These various endeavors are the through line for Gates’s latest book, written from a techno-optimist’s perspective. “Everything I’ve learned about climate and technology makes me optimistic … if we act fast enough, [we can] avoid a climate catastrophe,” he writes in the opening pages.
As many others have pointed out, a lot of the necessary technology already exists; much can be done now. Though Gates doesn’t dispute this, his book focuses on the technological challenges that he believes must still be overcome to achieve greater decarbonization. He spends less time on the political obstacles, writing that he thinks “more like an engineer than a political scientist.” Yet politics, in all its messiness, is the key barrier to progress on climate change. And engineers ought to understand how complex systems can have feedback loops that go awry.
Kim Stanley Robinson does think like a political scientist. The beginning of his latest novel, The Ministry for the Future, is set just a few years from now, in 2025, when a massive heat wave hits India, killing millions. The book’s protagonist, Mary Murphy, runs a UN agency tasked with representing the interests of future generations and trying to align the world’s governments behind a climate solution. Throughout, the book puts intergenerational equity and various forms of distributive politics at its center.
If you’ve ever seen the scenarios the Intergovernmental Panel on Climate Change develops for the future, Robinson’s book will feel familiar. His story asks about the politics necessary to solve the climate crisis, and he has certainly done his homework. Though it is an exercise in imagination, there are moments when the novel feels more like a graduate seminar in the social sciences than a work of escapist fiction. The climate refugees who are central to the story illustrate the way pollution’s consequences hit the global poor the hardest. But wealthy people emit far more carbon.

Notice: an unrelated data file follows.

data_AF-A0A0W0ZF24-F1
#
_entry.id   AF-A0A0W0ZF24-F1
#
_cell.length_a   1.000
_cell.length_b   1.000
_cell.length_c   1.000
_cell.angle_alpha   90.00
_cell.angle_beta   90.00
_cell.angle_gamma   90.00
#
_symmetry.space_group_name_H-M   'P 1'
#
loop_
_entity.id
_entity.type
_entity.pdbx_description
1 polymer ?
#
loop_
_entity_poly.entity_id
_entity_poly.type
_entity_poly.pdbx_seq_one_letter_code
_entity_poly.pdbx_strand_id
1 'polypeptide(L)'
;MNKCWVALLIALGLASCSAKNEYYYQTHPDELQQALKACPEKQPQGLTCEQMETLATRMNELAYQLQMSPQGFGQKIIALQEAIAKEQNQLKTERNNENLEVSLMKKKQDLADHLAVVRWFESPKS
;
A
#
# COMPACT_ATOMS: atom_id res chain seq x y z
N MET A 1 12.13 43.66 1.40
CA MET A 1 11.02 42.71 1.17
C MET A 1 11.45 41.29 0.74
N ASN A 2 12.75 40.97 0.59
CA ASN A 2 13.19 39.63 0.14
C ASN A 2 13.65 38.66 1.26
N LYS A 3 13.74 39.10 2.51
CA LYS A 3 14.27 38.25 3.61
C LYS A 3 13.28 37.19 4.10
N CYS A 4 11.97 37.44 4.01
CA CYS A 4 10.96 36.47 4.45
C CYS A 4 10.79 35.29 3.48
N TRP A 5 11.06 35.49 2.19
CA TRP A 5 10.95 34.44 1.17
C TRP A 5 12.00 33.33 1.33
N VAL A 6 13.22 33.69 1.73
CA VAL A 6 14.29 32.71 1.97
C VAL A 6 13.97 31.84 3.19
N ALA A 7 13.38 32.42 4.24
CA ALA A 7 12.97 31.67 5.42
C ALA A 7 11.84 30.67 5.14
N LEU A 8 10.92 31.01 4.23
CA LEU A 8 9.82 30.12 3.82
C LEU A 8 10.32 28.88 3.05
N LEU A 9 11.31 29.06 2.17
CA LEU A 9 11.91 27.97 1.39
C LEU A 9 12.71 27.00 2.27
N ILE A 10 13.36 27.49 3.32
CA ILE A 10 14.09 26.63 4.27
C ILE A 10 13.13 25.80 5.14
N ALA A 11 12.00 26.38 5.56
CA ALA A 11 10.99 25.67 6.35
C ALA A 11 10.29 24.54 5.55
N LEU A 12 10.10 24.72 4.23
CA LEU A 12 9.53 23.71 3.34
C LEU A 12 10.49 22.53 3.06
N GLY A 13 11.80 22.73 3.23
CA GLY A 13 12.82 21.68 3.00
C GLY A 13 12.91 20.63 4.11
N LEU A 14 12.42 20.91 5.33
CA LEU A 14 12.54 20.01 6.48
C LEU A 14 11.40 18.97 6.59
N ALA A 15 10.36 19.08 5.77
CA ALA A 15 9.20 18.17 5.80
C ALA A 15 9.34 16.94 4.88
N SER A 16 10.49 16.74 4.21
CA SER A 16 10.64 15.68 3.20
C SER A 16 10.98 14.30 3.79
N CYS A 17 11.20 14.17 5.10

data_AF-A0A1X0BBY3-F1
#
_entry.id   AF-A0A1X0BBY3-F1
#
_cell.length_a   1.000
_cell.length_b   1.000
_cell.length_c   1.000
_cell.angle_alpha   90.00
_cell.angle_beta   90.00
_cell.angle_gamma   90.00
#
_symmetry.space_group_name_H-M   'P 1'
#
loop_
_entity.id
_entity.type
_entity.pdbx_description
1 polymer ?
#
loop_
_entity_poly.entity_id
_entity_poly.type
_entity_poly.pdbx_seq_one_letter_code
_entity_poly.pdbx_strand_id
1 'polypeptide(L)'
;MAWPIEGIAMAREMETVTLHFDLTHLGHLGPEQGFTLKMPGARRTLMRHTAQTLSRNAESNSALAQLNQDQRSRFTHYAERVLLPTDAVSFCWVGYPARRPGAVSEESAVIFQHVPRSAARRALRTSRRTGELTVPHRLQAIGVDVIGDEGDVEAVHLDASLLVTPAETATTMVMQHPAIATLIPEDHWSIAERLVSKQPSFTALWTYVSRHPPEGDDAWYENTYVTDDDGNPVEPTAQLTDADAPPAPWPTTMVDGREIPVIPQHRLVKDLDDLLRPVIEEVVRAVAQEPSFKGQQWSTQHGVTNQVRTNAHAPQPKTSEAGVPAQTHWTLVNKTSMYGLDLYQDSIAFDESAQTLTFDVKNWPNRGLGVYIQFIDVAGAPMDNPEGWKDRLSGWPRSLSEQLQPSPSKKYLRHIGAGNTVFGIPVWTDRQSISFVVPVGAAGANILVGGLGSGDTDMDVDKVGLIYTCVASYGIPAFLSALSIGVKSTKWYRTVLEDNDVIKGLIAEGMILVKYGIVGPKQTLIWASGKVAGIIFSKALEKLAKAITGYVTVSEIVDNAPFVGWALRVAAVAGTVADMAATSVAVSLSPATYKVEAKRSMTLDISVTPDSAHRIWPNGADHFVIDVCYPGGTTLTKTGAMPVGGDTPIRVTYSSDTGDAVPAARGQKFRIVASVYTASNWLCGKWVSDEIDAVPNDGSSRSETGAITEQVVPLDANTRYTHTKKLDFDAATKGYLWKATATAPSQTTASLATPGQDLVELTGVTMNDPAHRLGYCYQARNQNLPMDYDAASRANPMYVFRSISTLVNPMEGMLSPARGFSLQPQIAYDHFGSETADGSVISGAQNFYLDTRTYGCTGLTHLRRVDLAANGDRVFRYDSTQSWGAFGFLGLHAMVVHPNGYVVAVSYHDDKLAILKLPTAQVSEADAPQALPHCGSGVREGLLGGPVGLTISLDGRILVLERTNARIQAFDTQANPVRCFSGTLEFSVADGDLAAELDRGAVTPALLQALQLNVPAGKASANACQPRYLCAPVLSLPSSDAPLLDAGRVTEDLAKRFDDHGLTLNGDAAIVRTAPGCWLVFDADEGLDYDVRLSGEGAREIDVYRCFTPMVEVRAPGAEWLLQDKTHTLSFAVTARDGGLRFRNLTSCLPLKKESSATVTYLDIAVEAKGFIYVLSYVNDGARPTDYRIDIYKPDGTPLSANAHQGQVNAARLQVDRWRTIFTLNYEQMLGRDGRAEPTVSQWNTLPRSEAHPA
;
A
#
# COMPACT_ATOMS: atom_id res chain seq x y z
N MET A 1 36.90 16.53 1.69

Reading Gates next to Robinson underlines the inextricable link between inequality and climate change. Gates’s efforts on climate are laudable. But when he tells us that the combined wealth of the people backing his venture fund is $170 billion, we may be puzzled that they have dedicated only $2 billion to climate solutions—less than 2% of their assets. This fact alone is an argument for wealth taxes: the climate crisis demands government action. It cannot be left to the whims of billionaires.
As billionaires go, Gates is arguably one of the good ones. He chronicles how he uses his wealth to help the poor and the planet. The irony of his writing a book on climate change when he flies in a private jet and owns a 66,000-square-foot mansion is not lost on the reader—nor on Gates, who calls himself an “imperfect messenger on climate change.” Still, he is unquestionably an ally to the climate movement.
But by focusing on technological innovation, Gates underplays the material fossil-fuel interests obstructing progress. Climate-change denial is strangely not mentioned in the book. Throwing up his hands at political polarization, Gates never makes the connection to his fellow billionaires Charles and David Koch, who made their fortune in petrochemicals and have played a key role in manufacturing denial.
For example, Gates marvels that for the vast majority of Americans, electric heaters are actually cheaper than continuing to use fossil gas. He presents people’s failure to adopt these cost-saving, climate-friendly options as a puzzle. It isn’t. As journalists Rebecca Leber and Sammy Roth have reported in Mother Jones and the Los Angeles Times, the gas industry is funding front groups and marketing campaigns to oppose electrification and keep people hooked on fossil fuels.